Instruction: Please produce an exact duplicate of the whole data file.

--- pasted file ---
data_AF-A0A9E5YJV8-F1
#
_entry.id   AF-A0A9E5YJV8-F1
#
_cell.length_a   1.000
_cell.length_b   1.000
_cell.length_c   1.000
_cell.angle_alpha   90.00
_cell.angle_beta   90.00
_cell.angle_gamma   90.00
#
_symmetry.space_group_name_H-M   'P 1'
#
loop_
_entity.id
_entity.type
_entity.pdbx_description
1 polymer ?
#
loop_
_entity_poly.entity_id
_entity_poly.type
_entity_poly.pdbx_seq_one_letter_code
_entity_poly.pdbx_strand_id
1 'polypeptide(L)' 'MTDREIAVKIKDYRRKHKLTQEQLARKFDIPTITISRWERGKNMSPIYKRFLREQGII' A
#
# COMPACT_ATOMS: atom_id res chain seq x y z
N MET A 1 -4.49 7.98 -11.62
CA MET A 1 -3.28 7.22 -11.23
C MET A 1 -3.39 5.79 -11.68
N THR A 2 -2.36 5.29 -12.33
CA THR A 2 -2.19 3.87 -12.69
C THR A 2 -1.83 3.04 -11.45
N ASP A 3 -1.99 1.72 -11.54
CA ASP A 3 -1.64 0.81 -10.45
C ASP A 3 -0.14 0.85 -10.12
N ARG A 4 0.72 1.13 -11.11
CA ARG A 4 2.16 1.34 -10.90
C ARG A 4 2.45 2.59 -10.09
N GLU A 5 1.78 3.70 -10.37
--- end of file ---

data_AF-A0A9E5YJV8-F1
#
_entry.id   AF-A0A9E5YJV8-F1
#
_cell.length_a   1.000
_cell.length_b   1.000
_cell.length_c   1.000
_cell.angle_alpha   90.00
_cell.angle_beta   90.00
_cell.angle_gamma   90.00
#
_symmetry.space_group_name_H-M   'P 1'
#
loop_
_entity.id
_entity.type
_entity.pdbx_description
1 polymer ?
#
loop_
_entity_poly.entity_id
_entity_poly.type
_entity_poly.pdbx_seq_one_letter_code
_entity_poly.pdbx_strand_id
1 'polypeptide(L)' 'MTDREIAVKIKDYRRKHKLTQEQLARKFDIPTITISRWERGKNMSPIYKRFLREQGII' A
#
# COMPACT_ATOMS: atom_id res chain seq x y z
N MET A 1 -4.49 7.98 -11.62
CA MET A 1 -3.28 7.22 -11.23
C MET A 1 -3.39 5.79 -11.68
N THR A 2 -2.36 5.29 -12.33
CA THR A 2 -2.19 3.87 -12.69
C THR A 2 -1.83 3.04 -11.45
N ASP A 3 -1.99 1.72 -11.54
CA ASP A 3 -1.64 0.81 -10.45
C ASP A 3 -0.14 0.85 -10.12
N ARG A 4 0.72 1.13 -11.11
CA ARG A 4 2.16 1.34 -10.90
C ARG A 4 2.45 2.59 -10.09
N GLU A 5 1.78 3.70 -10.37